Behind the Scenes, Getty Villa, J. Paul Getty Museum

Video: Manoel Felciano on Playing Orestes in “Elektra”

Sophocles’ Elektra—which concludes its run at the Getty Villa this Saturday—is the story of a woman’s thirst for revenge: Elektra rages and plots against her mother (and her mother’s lover) for slaying her father. But Elektra’s brother, Orestes, is the one charged with the bloody deed that serves as the chilling—and, in this production, off-stage—climax of the action.

Playing Orestes with a dash of “hunky heroism” is accomplished vocalist and stage actor Manoel Felciano, who’s starred in plays as diverse as The Caucasian Chalk Circle, Sweeney Todd, and Much Ado About Nothing. In this video, Felciano talks about his role in Elektra, his work with director Carey Perloff at the American Conservatory Theater (ACT) in San Francisco, and why he chose to delve into the classics after enjoying success on Broadway.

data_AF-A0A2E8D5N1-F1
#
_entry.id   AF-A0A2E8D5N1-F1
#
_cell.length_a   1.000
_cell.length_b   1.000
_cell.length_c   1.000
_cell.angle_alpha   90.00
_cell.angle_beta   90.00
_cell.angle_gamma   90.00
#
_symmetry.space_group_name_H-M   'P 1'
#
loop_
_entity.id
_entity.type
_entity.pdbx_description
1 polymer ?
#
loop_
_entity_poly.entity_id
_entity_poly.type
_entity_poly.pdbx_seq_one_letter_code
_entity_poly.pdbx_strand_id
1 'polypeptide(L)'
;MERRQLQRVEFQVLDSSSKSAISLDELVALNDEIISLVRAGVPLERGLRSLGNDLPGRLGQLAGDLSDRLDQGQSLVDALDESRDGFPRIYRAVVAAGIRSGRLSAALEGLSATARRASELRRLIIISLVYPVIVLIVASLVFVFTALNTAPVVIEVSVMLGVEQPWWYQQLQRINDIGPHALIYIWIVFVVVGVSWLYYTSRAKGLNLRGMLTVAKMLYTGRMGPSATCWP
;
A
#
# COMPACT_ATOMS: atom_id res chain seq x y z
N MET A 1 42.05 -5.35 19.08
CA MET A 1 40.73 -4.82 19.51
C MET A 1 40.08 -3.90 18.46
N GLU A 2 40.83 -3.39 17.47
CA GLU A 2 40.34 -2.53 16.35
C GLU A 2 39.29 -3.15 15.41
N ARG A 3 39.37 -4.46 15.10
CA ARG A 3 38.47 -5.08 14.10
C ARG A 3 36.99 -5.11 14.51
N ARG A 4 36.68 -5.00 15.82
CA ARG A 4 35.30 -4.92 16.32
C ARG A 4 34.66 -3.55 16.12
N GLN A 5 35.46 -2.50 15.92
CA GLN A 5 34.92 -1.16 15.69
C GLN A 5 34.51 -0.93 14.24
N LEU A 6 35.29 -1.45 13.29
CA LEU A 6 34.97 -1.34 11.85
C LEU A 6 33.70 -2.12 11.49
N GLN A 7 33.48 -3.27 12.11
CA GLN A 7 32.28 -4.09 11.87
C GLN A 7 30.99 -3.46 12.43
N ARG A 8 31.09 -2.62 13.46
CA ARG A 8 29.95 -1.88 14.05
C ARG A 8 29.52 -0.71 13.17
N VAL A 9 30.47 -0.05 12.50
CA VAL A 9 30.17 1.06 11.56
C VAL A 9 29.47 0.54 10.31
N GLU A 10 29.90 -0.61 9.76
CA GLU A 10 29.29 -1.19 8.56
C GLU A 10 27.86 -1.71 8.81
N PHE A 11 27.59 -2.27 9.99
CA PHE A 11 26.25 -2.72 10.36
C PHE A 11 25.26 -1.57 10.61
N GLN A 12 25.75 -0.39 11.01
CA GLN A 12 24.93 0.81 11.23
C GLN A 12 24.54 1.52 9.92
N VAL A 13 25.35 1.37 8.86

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      ROSE

      This milky pink boomed into popularity because of a marketing ploy, a mistress, and its ambiguous origins.

      In an effort to compete with the renowned Meissen porcelain factory, the French Sèvres manufactory recruited the glamorous Madame de Pompadour (mistress to King Louis XV). Like a smart sponsorship deal, Sèvres gave her all the porcelain she requested. 

      Introduced in 1757, this rich pink exploded on the scene thanks to favoritism by Madame Pompadour herself. 

      The glaze itself had a weird history. To the Europeans it looked Chinese, and to the Chinese it was European. It was made based on a secret 17th-century glassmaker’s technique, involving mixing glass with flecks of gold.

      For more on colors and their often surprising histories, check out The Brilliant History of Color in Art.

      12/19/14

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